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The nobility and noble titles of the Royal House of Kupang are a consequence of applying traditional uses observed by the Nisnoni Dynasty for centuries.

These usages make up a customary code passed down orally since the days of the Sonbai Empire and are called the Gelaran Adat. No honor of a noble character other than the application of the Gelaran Adat is discerned by the Rajah of Kupang, in his capacity as Head of the Royal House of Kupang. This means that any nobility concession that occurs in our days does not differ from those traditionally granted by the Rajas of Kupang.

In short, respecting these traditional uses, the Rajá of Kupang enjoys the widest freedom to grant the titles of nobility that he deems appropriate. Such is his prerogative as Head of the Royal House. It is worth bearing in mind that neither he nor any of his ancestors were deposed or abdicated at any time or under any circumstance.

The nobility titles granted today by the Royal House of Kupang are to reward civic and humanitarian behavior, aid to development and charity, as well as loyalty and service to the Royal House itself.

Before dwelling on the separate explanation of each of the noble dignities, it is opportune to give an account of a series of characters common to all of them:

- All the titles granted are issued in a patent letter signed by the Rajah of Kupang, stamped with the seal of the Royal House, and registered in the competent Chancellery.

-The titles can be for life, that is, granted during the life of the beneficiary or hereditary, with the capacity to be transmitted by succession upon his death.

- The only way to transmit a title from one person to another is through succession, in the case of hereditary titles, once the death of the person to whom it was granted has been verified. No form of assignment or transfer of title other than this succession is possible.

- Nobiliary succession is preferable in cases of male and primogeniture. However, there are other criteria for succession. In each case, the provisions of the patent letter of concession shall apply.

- The spouse of a winner with a title of nobility may be treated as the consort of the same.

- Any noble concession can be revoked by the Rajá in the same way in which it was granted.

Once these details have been made, we will deal with the different noble titles granted by the Royal House of Kupang, which can only be of three classes, namely: Temukung, Raja Muda, and Fettor.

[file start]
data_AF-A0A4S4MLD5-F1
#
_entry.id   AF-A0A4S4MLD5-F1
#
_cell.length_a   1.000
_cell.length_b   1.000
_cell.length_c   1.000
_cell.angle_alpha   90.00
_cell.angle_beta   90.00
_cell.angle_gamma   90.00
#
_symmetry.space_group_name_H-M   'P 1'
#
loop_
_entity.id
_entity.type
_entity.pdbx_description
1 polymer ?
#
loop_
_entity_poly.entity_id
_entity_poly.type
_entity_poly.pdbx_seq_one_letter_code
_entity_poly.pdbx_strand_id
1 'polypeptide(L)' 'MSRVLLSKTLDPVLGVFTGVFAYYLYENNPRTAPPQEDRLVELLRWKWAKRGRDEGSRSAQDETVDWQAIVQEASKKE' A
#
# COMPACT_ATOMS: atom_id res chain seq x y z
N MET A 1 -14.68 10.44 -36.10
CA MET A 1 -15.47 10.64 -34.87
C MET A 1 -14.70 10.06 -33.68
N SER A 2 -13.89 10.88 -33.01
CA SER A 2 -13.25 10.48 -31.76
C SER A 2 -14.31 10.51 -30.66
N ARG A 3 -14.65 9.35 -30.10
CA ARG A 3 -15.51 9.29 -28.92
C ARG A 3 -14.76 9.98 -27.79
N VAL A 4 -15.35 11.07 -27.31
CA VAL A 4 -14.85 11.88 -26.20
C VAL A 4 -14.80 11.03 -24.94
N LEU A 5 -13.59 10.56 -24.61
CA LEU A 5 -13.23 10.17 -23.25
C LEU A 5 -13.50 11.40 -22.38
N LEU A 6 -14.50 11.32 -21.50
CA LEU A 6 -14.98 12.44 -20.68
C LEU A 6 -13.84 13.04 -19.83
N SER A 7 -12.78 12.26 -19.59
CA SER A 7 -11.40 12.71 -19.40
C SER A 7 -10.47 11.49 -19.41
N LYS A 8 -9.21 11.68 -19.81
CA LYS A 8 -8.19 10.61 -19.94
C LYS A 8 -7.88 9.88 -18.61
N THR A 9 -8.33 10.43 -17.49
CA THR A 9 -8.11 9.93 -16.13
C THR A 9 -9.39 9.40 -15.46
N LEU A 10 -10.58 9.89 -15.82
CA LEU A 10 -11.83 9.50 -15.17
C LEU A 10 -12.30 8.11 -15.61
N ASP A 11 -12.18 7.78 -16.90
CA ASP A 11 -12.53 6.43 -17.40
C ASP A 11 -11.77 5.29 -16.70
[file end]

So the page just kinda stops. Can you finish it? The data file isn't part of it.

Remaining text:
Temukung: ranks third in the noble ladder of the Kupang Royal House award system.

When looking for an equivalent in the European and Spanish system, Temukung would be equivalent to Barón.

It is not hereditary as a general rule, although the concession may be hereditary, at the discretion of the Rajá, which must be expressed in the letter patent.

It is awarded for merit and outstanding service to the Rajah or the Royal House of Kupang, as well as important civic behavior.

Raja Muda: is the noble rank equivalent to a Duke.

As a general rule, it is always hereditary.

To be granted, the beneficiary must be a creditor of extraordinary merits and services to the Rajá or the Royal House of Kupang.

Rata Muda and Raja Muda It is the highest-ranking noble title that can be discerned by the Royal House of Kupang, the true apex of the Gelaran Adat.

In the European and Spanish award systems, it is equivalent to Duke.

It is always hereditary.

The granting of it is, obligatorily, by virtue of concurrent exceptional merits in the person of the successful person, or services to the Rajá or to the Royal House of Kupang, equal value and devotion.

The Raja Don Nicolaas Nisnoni and the Crown Prince Don Alfonsus Nisnoni, accompanied by the Fettors of the Kupang nobility

All titles can be added to your beneficiary's name preceding it. That is, Temukung (first and last name), Raja Muda (first and last name), and Fettor (first and last name)

Regarding foreign titles of nobility, that is, those recognized by other Royal Houses, according to tradition, they cannot be used in the territory or in the protocol of the Royal House of Kupang. However, this rule can be waived by an act of recognition emanating from the Rajá that can, motu proprio, allow the use of foreign noble titles, both in the territory and in the protocol of the Royal House of Kupang.



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